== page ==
Archive for May 2008
The world of finance, of which I’ve become just slightly more aware/interested lately, has something called a “Misery Index”. Herein, undesirable conditions for individuals like unemployment and inflation are combined to demonstrate just how much harder it is to be financially viable under those conditions. I’ve been thinking a lot about personal misery indexes lately, in part because all the meters seem to be pretty high.
Misery Index: Weather Edition
Hey, if a popular TV show can put four words together in a non-sequitir with a colon in the middle and the word “Edition” on the end, why not me?
In any case, this would be the index that determines how frequently a given city or town has weather where the high stays below 72 and the low stays above 32, with no interesting “weather events”, such as rain or extremely high winds. While many people might make an index desiring such a state, mine would uptick the misery for every day where such conditions were met.
I’m guessing San Francisco gets a 325 (the scale is 0-365, of course). Higher is more miserable.
The only thing intolerable (or indeed, even less than stellar) about the Bay Area is the weather. And my goodness, is it ever intolerable. This much middling, piddling, nondescript but still a little crappy and cold weather is just killing me. Give me rain, snow, heat, frigidity, anything but this. I mean, look:
The last time it got over 72 was May 17th, when there were, admittedly, 4 days of decently warm weather. The last time it got below 32… the data I’m looking at doesn’t go back that far.
I need some extremes, some seasons, something other than slightly miserable weather for months on end.
Now I’m really curious what would score well (low) on my Misery Index… I’m guessing places like Chicago and Albuquerque, which have weather I love. It would be great to find a site with actuals (averages don’t really cut it) for a year or two and just run the numbers.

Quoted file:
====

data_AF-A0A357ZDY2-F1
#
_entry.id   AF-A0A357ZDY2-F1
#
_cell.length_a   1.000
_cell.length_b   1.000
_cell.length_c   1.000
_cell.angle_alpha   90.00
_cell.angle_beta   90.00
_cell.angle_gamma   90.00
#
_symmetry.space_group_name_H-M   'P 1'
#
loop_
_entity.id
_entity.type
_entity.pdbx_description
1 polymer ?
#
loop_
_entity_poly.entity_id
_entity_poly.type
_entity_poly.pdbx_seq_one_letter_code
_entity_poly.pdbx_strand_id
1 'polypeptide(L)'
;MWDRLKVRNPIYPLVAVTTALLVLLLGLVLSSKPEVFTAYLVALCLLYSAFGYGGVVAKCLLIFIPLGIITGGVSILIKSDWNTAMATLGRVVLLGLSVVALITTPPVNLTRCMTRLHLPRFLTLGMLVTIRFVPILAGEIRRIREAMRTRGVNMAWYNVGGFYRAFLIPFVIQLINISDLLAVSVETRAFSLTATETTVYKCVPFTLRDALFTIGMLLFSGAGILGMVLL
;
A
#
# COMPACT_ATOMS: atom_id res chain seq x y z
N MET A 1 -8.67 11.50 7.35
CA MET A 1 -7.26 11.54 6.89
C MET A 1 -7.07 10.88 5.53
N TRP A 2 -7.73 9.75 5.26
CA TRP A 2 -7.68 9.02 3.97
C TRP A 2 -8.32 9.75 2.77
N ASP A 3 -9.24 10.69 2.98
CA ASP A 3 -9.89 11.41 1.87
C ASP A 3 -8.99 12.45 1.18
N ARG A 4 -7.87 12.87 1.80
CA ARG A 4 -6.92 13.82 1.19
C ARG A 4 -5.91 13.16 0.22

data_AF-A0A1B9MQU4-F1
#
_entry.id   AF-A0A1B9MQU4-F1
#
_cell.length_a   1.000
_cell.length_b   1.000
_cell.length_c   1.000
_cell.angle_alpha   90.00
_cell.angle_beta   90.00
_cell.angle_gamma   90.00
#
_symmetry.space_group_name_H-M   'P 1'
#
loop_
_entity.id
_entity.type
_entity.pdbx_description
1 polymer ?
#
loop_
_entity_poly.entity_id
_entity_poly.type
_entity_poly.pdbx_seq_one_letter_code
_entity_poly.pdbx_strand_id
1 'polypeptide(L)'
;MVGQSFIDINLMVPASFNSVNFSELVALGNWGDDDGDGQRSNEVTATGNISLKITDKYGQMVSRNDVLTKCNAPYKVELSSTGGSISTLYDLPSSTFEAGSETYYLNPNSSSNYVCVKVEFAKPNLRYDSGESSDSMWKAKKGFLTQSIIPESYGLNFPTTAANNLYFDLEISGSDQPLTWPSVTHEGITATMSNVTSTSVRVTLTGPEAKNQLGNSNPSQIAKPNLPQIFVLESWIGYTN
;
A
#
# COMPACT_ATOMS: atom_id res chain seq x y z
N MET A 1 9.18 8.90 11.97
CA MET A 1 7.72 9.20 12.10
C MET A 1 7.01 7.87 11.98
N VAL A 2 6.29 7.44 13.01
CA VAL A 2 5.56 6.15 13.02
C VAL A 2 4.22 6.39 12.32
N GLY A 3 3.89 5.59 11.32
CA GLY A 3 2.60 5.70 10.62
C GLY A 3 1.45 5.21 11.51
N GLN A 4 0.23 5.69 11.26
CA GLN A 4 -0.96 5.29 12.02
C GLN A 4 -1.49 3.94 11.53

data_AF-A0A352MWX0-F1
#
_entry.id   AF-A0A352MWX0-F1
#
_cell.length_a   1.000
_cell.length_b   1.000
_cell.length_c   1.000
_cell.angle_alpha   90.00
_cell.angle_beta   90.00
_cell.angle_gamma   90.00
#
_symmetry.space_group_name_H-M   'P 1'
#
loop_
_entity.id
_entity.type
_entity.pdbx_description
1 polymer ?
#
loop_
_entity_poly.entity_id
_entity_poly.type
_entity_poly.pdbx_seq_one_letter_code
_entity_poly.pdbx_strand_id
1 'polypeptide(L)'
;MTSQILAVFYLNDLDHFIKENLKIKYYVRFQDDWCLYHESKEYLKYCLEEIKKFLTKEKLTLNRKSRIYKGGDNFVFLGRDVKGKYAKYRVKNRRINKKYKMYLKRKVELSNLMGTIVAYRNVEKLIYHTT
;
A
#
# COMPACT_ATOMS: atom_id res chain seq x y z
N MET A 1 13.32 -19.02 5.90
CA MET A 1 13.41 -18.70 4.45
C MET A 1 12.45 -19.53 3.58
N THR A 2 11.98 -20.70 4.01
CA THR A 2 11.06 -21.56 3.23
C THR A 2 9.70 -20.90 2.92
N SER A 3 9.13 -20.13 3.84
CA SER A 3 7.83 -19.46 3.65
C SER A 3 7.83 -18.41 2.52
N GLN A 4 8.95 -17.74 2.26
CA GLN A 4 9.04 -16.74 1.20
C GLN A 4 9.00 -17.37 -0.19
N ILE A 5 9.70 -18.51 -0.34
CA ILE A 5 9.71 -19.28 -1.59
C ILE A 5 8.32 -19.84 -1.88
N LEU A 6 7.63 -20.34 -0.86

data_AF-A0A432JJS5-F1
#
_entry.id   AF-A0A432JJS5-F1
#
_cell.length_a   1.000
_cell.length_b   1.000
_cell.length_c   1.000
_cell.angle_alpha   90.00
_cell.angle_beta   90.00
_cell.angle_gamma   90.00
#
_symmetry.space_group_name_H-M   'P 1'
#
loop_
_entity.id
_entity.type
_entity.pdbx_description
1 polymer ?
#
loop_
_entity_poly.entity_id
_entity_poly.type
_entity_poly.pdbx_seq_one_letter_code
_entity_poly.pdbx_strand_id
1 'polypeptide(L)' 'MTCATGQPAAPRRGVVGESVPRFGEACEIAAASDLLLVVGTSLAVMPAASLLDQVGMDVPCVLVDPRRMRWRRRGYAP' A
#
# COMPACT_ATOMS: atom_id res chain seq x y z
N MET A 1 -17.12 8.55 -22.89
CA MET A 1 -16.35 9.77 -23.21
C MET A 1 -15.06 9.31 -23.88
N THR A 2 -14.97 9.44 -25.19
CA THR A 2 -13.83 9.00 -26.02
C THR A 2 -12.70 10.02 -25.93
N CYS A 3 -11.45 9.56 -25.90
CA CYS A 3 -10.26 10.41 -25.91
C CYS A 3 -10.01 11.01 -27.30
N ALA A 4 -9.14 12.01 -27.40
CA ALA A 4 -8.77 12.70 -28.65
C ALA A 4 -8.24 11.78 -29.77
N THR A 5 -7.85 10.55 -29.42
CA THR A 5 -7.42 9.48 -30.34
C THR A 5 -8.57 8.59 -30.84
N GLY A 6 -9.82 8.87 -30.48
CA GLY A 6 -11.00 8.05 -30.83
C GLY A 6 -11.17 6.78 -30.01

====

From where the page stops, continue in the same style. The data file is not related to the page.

Misery Index: Personal Edition
I stayed home from work today with a raving migraine. Despite vastly improving my migraine status with my own self-regulation and stabilization of caffeine intake, combined with the profuse wearing of sunglasses and maintaining a non-fluorescent work environment, I still do get migraines from time to time. And this was a doozy that made the idea of being on a BART train, let alone sitting in front of a desk for 8 hours, utterly laughable. It was starting to clear by about 6:30 or 7:00 this evening, this after I had spent basically all but an hour or two in bed from waking up at the parallel time in the AM until 3:30 in the afternoon. In a word, joy.
Last night, I got a $328 bill from AT&T. For calling Canada. You are no longer handling my long-distance, AT&T. SBC was a wonderful company, but AT&T is currently proving itself to have ravaged everything that was even a little good about SBC. I’ve hated AT&T my whole life, and owning the Giants’ ballpark isn’t going to get them out of this. I called Qwest this morning to switch long distance, and my internet might be on the block next. The hate I cannot exaggerate. I actually wrote a diatribe on the memo portion of my check.
I have seemingly forgotten how to play poker. Which is not a big deal (none of these things are what we would call a big deal), but it makes everything else worse, or at least feel a little more miserable. Of course, there are just enough times when I play really well, but get outdrawn at the last second that really cut to the quick. But still, early May was one of the best poker periods of my life. That time is gone.
I am no longer in Albuquerque. The trip was great, but it’s over now. And I’m left with that drought where I have no scheduled trips or breaks to look forward to. Having something to count down towards is an essential part of making life less miserable. And I’m fresh out. And there may be the ‘Deis debate reunion thing in August in Vegas, which would be great (though less so per the paragraph above, I suppose), but August is a long way down from now.
There are other things I could put here, but I really should self-censor. They are in arenas that it is just best if I don’t post about for the time being. But they are probably the most difficult/miserable items.
And the M’s are 20-34. This is, however, somewhat mitigated by the fact that the best game of all 54 of them was last night and I got to watch all 9 innings. It was a 1-0 shutout gem where Yuni Betancourt (my second-favorite position player on the current team) smacked a rare homer to cement a Bedard/Morrow/Putz strikeout-laden shutout victory, a second straight over the defending champion Red Sox.
This last fact is the only happy thing I can really think of today. That, my friends, is – what’s the word? – miserable.
Apologies for the complaint-laden post, especially when all of them are mild and only really combine to make for much misery. But in the sine-curve lifestyle, one has to take the chutes with the ladders.